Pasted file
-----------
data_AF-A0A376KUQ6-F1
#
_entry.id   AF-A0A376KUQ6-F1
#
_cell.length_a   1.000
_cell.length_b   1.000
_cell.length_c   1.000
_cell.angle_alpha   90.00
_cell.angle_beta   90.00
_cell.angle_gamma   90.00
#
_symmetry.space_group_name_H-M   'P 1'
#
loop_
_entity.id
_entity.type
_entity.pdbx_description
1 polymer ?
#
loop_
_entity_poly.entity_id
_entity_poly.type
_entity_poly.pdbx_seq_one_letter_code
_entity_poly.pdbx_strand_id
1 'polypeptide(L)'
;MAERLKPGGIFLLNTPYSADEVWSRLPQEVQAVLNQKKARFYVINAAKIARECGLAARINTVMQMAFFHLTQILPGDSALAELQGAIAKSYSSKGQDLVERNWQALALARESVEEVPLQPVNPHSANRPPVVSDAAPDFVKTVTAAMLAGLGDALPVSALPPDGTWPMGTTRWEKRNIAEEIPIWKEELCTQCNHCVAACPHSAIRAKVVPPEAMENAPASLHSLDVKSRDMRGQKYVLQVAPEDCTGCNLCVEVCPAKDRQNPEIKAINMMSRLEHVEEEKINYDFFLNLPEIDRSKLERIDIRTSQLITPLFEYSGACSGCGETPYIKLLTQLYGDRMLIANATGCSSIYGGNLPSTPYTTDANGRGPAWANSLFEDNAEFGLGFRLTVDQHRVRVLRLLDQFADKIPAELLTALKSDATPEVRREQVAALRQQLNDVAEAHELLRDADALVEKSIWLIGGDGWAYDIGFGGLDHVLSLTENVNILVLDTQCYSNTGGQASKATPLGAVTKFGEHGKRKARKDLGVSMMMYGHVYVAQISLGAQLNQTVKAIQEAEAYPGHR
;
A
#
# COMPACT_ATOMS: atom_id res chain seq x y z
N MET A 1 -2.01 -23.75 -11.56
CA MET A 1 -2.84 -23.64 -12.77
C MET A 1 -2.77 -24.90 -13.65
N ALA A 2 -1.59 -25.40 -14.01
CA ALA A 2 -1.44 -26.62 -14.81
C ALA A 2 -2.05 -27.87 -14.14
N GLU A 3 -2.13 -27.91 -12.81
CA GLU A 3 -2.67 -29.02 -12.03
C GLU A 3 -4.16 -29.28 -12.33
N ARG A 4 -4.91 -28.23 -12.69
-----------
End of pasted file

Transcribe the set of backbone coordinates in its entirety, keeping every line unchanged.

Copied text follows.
data_AF-A0A376KUQ6-F1
#
_entry.id   AF-A0A376KUQ6-F1
#
_cell.length_a   1.000
_cell.length_b   1.000
_cell.length_c   1.000
_cell.angle_alpha   90.00
_cell.angle_beta   90.00
_cell.angle_gamma   90.00
#
_symmetry.space_group_name_H-M   'P 1'
#
loop_
_entity.id
_entity.type
_entity.pdbx_description
1 polymer ?
#
loop_
_entity_poly.entity_id
_entity_poly.type
_entity_poly.pdbx_seq_one_letter_code
_entity_poly.pdbx_strand_id
1 'polypeptide(L)'
;MAERLKPGGIFLLNTPYSADEVWSRLPQEVQAVLNQKKARFYVINAAKIARECGLAARINTVMQMAFFHLTQILPGDSALAELQGAIAKSYSSKGQDLVERNWQALALARESVEEVPLQPVNPHSANRPPVVSDAAPDFVKTVTAAMLAGLGDALPVSALPPDGTWPMGTTRWEKRNIAEEIPIWKEELCTQCNHCVAACPHSAIRAKVVPPEAMENAPASLHSLDVKSRDMRGQKYVLQVAPEDCTGCNLCVEVCPAKDRQNPEIKAINMMSRLEHVEEEKINYDFFLNLPEIDRSKLERIDIRTSQLITPLFEYSGACSGCGETPYIKLLTQLYGDRMLIANATGCSSIYGGNLPSTPYTTDANGRGPAWANSLFEDNAEFGLGFRLTVDQHRVRVLRLLDQFADKIPAELLTALKSDATPEVRREQVAALRQQLNDVAEAHELLRDADALVEKSIWLIGGDGWAYDIGFGGLDHVLSLTENVNILVLDTQCYSNTGGQASKATPLGAVTKFGEHGKRKARKDLGVSMMMYGHVYVAQISLGAQLNQTVKAIQEAEAYPGHR
;
A
#
# COMPACT_ATOMS: atom_id res chain seq x y z
N MET A 1 -2.01 -23.75 -11.56
CA MET A 1 -2.84 -23.64 -12.77
C MET A 1 -2.77 -24.90 -13.65
N ALA A 2 -1.59 -25.40 -14.01
CA ALA A 2 -1.44 -26.62 -14.81
C ALA A 2 -2.05 -27.87 -14.14
N GLU A 3 -2.13 -27.91 -12.81
CA GLU A 3 -2.67 -29.02 -12.03
C GLU A 3 -4.16 -29.28 -12.33
N ARG A 4 -4.91 -28.23 -12.69